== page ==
Erin Clemence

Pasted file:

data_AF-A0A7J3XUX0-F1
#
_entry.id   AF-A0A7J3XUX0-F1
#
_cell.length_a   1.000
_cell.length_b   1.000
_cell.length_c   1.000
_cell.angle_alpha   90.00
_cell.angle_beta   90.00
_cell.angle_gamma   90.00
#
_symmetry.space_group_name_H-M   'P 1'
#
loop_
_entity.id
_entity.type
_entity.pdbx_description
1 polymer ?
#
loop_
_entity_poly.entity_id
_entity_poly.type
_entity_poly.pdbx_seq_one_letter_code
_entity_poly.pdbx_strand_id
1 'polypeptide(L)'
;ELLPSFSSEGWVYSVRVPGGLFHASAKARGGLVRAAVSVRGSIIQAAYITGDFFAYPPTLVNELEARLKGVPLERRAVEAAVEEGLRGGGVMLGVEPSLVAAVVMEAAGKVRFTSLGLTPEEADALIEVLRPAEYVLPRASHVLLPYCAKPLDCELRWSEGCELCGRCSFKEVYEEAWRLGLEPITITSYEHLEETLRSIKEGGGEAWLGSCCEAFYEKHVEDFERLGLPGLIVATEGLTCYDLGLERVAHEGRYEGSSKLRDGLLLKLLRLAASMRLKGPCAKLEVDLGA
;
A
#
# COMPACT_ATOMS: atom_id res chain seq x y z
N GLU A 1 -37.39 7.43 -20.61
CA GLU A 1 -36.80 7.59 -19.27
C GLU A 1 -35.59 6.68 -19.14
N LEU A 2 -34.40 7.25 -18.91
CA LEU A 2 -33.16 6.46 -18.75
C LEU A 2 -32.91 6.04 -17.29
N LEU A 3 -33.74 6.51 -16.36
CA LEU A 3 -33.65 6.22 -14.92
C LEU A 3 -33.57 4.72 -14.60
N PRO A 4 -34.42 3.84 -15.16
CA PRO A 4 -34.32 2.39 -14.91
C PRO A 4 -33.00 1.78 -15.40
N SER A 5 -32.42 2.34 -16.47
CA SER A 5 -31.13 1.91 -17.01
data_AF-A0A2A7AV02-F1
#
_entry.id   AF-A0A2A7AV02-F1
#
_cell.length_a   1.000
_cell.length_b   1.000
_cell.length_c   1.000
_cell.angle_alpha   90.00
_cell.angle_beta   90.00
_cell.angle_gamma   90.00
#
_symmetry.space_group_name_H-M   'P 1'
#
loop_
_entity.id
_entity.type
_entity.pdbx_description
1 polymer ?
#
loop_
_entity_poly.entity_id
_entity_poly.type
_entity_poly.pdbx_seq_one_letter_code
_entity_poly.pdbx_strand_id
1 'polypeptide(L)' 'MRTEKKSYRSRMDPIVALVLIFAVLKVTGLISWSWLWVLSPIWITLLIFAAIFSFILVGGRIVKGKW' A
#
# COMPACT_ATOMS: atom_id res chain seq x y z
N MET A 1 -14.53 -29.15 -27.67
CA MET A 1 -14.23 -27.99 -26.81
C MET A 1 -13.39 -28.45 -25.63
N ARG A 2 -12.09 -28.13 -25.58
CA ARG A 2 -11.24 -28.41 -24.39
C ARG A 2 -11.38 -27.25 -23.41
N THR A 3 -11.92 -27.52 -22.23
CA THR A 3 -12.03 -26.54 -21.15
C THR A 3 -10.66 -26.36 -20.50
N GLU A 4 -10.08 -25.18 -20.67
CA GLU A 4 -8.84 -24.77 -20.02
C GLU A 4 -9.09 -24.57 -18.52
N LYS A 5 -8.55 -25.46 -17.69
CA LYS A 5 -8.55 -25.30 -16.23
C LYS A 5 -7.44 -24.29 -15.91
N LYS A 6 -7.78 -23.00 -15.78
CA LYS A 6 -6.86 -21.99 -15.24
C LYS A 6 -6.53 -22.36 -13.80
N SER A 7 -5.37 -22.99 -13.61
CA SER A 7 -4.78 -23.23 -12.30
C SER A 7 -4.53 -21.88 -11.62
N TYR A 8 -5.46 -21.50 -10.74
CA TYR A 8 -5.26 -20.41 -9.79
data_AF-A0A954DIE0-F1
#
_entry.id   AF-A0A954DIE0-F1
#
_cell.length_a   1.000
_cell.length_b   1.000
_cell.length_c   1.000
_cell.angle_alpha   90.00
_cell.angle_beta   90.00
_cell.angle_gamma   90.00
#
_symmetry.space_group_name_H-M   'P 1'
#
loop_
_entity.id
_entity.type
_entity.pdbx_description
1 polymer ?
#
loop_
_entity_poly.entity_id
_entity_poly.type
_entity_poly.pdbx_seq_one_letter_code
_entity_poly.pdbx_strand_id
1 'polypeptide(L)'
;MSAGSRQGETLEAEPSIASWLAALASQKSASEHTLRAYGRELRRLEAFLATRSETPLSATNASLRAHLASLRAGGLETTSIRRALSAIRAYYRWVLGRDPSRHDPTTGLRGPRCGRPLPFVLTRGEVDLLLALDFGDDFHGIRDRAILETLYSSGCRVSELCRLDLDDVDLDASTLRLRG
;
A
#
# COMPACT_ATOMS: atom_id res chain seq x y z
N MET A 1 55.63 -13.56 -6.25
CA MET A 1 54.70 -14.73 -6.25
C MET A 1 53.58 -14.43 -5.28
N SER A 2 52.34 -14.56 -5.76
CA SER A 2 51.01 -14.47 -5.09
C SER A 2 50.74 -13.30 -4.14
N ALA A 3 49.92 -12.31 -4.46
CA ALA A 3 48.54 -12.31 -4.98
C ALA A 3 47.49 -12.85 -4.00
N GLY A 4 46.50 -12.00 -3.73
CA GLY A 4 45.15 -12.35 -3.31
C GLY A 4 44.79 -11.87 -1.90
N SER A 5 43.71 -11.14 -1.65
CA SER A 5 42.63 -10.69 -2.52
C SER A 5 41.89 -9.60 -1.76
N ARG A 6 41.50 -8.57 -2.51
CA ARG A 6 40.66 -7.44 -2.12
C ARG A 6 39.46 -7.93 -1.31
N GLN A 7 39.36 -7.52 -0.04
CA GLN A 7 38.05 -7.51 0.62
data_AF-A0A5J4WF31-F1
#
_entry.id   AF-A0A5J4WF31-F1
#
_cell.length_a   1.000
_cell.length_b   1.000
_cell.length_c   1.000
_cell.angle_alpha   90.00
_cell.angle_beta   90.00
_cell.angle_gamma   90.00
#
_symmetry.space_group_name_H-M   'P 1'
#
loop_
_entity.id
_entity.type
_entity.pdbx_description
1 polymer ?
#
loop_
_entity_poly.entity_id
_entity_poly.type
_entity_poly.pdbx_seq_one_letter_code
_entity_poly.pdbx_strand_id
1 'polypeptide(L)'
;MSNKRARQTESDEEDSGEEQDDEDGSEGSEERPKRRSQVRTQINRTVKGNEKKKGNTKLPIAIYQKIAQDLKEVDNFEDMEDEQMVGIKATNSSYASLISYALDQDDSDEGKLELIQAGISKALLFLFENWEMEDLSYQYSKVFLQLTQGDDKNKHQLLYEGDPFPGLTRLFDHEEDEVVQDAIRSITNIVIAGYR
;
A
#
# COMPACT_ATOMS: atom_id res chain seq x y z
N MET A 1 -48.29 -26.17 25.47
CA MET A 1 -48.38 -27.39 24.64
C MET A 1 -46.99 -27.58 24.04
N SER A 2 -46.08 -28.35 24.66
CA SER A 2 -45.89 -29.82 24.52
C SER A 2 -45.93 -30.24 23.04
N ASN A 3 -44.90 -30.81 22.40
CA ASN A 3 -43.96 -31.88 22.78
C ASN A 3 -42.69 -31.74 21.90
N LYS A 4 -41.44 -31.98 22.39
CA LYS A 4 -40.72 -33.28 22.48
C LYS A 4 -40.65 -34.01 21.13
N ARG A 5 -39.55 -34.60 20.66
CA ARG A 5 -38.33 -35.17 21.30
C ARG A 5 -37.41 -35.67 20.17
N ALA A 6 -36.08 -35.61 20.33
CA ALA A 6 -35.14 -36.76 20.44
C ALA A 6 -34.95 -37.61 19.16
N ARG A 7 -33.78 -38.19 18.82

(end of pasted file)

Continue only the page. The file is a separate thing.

In the beginning of the twentieth century, entire families were being brutally murdered in their sleep. Men, women and children were viciously killed by an axe, and left to die. Famed sportswriter, Bill James, and his daughter, Rachel McCarthy James, take the investigation into the twenty-first century. The pair examine the murders that shocked the small towns they happened in, and answered the questions the police at the time couldn’t. All of the crimes seemed to take place in small towns with In the beginning of the twentieth century, entire families were being brutally murdered in their sleep. Men, women and children were viciously killed by an axe, and left to die. Famed sportswriter, Bill James, and his daughter, Rachel McCarthy James, take the investigation into the twenty-first century. The pair examine the murders that shocked the small towns they happened in, and answered the questions the police at the time couldn’t. All of the crimes seemed to take place in small towns within miles of a train crossing, so the original axe murderer was soon deemed “The Man on the Train”. The James’ examine the different beliefs throughout the era about possible suspects, and dismiss all of the false claims from the media of the time. As mentioned, Bill James is known for his sports writing. In “The Man on the Train”, he does most of the writing, and his sports experience is evident, as he tends to write as if he is carrying on a conversation (for example, he will say things like- “Not sure you believe me? Well let’s see what happens next”) . The writing style wasn’t exactly off-putting, it was just unusual for an avid reader like myself. He also really, really seems to like bullet points, as he uses them regularly. “The Man on the Train” is more police procedural than serial killer study. The James’ compare and contrast police methods from the time, and analyze the crime scenes, exploring the clues from a historical perspective. Although it was interesting to hear about the practice of police work from the early twentieth century, I wanted to know more about the thinking and behaviours of the supposed train-traveling-axe-murderer. But of course, as this crime to this day remains unsolved, it is difficult to explore the psyche of an unknown subject. The novel has a choppy flow, which made it a little difficult to follow. The authors started by introducing a little bit of all of the murders, then would go back and discuss the murders in further detail. I am a stickler for good flow, and I would’ve enjoyed it more had the authors started at the beginning and carried through to the end, instead of stopping and re-starting the plot. There are some interesting things to be learned in this novel for sure, and the comparisons made between police work then and now will definitely give you pause (how have we changed? How, sadly, has society stayed the same?) . The crimes of the “original axe murderer” are grisly and heartbreaking, to be sure, and the ease with which the murderer seemed to go undetected for years is absolutely terrifying. “The Man on the Train” is definitely a novel for those who are interested in 20th century police procedures, and the way society functioned before the era of DNA and crime scene analysis. But if you are looking for an in-depth serial killer examination, you will not find what you are looking for.